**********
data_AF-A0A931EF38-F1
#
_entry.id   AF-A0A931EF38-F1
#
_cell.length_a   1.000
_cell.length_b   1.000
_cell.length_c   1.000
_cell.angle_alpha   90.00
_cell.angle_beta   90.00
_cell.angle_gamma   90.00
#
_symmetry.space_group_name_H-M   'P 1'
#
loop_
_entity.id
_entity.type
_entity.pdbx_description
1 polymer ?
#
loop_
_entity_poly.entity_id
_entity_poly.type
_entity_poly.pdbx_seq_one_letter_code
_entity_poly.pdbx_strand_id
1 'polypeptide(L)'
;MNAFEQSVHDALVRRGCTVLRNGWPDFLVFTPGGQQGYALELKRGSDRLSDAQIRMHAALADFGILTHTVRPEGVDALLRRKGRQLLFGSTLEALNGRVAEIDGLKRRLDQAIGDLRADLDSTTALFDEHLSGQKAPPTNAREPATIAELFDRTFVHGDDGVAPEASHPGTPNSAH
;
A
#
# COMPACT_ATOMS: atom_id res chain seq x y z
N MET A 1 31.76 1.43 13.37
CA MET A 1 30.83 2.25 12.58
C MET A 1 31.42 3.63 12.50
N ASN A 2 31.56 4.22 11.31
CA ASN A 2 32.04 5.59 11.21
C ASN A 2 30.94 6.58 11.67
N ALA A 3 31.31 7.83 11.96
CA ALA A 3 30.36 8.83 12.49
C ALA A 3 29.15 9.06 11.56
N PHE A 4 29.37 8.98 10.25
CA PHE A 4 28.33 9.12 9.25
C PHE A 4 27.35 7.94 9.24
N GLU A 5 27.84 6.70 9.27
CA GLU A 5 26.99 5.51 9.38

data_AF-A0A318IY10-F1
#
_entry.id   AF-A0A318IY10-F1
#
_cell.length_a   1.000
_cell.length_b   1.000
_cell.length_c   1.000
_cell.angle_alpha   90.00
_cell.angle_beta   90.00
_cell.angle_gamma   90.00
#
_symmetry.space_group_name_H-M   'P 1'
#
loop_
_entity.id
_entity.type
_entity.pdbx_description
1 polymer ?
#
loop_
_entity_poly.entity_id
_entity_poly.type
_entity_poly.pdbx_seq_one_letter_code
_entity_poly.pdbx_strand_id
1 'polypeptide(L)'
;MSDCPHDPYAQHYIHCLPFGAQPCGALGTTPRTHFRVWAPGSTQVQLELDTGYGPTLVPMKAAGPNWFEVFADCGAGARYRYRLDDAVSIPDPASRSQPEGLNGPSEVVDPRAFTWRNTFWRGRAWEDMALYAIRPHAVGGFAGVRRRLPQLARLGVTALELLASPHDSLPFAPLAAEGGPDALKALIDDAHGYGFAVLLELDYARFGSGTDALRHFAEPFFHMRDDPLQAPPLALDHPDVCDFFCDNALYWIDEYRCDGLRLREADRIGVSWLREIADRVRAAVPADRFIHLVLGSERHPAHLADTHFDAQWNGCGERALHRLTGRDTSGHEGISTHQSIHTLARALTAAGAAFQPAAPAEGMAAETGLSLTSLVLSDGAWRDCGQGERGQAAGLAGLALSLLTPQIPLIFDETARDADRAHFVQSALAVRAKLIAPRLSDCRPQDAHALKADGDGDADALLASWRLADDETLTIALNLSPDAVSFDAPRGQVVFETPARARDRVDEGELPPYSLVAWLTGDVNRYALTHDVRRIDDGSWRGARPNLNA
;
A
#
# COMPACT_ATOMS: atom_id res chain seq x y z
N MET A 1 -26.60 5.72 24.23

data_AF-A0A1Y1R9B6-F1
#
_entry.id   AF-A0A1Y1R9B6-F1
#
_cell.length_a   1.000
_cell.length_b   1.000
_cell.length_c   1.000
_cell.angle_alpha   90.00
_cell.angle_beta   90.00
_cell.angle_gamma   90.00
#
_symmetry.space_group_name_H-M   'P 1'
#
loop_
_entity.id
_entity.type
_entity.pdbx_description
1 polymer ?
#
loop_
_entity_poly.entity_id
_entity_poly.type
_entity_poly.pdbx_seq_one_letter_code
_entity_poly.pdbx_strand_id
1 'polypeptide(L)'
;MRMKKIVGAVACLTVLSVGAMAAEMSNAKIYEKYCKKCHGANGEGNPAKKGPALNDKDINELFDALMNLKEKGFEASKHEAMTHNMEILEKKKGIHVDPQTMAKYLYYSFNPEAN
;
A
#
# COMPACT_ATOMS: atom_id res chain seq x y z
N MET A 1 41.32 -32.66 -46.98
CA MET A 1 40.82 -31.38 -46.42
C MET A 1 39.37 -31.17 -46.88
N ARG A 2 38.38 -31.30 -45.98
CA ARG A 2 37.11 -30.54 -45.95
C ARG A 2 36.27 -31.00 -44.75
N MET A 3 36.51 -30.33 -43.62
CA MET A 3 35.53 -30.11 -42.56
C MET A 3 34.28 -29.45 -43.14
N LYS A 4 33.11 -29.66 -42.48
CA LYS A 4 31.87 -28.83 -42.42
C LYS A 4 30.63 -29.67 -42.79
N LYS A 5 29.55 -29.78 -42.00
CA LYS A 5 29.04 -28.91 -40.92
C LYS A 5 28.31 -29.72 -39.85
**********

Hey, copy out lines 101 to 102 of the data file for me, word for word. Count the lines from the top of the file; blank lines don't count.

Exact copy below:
;MRMKKIVGAVACLTVLSVGAMAAEMSNAKIYEKYCKKCHGANGEGNPAKKGPALNDKDINELFDALMNLKEKGFEASKHEAMTHNMEILEKKKGIHVDPQTMAKYLYYSFNPEAN
;